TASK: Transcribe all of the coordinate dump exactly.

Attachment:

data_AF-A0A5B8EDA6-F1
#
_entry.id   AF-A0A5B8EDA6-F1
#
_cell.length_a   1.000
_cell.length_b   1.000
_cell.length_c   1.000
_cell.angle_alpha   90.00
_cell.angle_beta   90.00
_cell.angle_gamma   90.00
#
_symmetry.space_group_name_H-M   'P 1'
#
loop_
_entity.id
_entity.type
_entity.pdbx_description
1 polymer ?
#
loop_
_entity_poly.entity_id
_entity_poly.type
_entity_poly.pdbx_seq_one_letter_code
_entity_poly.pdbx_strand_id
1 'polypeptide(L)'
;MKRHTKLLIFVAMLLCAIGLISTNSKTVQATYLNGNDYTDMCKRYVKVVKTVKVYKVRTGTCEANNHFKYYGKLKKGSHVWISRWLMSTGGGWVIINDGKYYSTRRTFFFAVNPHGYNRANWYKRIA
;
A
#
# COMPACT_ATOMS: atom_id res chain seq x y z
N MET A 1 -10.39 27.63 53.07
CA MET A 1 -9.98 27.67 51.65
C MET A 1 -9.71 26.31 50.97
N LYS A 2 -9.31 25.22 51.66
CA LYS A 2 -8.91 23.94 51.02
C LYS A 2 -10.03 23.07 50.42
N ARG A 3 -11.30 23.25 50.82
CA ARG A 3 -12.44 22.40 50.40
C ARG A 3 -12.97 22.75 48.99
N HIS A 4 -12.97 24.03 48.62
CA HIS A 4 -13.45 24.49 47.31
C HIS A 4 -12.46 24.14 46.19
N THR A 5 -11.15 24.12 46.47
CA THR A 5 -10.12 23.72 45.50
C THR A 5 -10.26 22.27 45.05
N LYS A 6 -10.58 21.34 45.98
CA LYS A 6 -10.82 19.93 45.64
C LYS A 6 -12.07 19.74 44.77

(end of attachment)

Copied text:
data_AF-A0A5B8EDA6-F1
#
_entry.id   AF-A0A5B8EDA6-F1
#
_cell.length_a   1.000
_cell.length_b   1.000
_cell.length_c   1.000
_cell.angle_alpha   90.00
_cell.angle_beta   90.00
_cell.angle_gamma   90.00
#
_symmetry.space_group_name_H-M   'P 1'
#
loop_
_entity.id
_entity.type
_entity.pdbx_description
1 polymer ?
#
loop_
_entity_poly.entity_id
_entity_poly.type
_entity_poly.pdbx_seq_one_letter_code
_entity_poly.pdbx_strand_id
1 'polypeptide(L)'
;MKRHTKLLIFVAMLLCAIGLISTNSKTVQATYLNGNDYTDMCKRYVKVVKTVKVYKVRTGTCEANNHFKYYGKLKKGSHVWISRWLMSTGGGWVIINDGKYYSTRRTFFFAVNPHGYNRANWYKRIA
;
A
#
# COMPACT_ATOMS: atom_id res chain seq x y z
N MET A 1 -10.39 27.63 53.07
CA MET A 1 -9.98 27.67 51.65
C MET A 1 -9.71 26.31 50.97
N LYS A 2 -9.31 25.22 51.66
CA LYS A 2 -8.91 23.94 51.02
C LYS A 2 -10.03 23.07 50.42
N ARG A 3 -11.30 23.25 50.82
CA ARG A 3 -12.44 22.40 50.40
C ARG A 3 -12.97 22.75 48.99
N HIS A 4 -12.97 24.03 48.62
CA HIS A 4 -13.45 24.49 47.31
C HIS A 4 -12.46 24.14 46.19
N THR A 5 -11.15 24.12 46.47
CA THR A 5 -10.12 23.72 45.50
C THR A 5 -10.26 22.27 45.05
N LYS A 6 -10.58 21.34 45.98
CA LYS A 6 -10.82 19.93 45.64
C LYS A 6 -12.07 19.74 44.77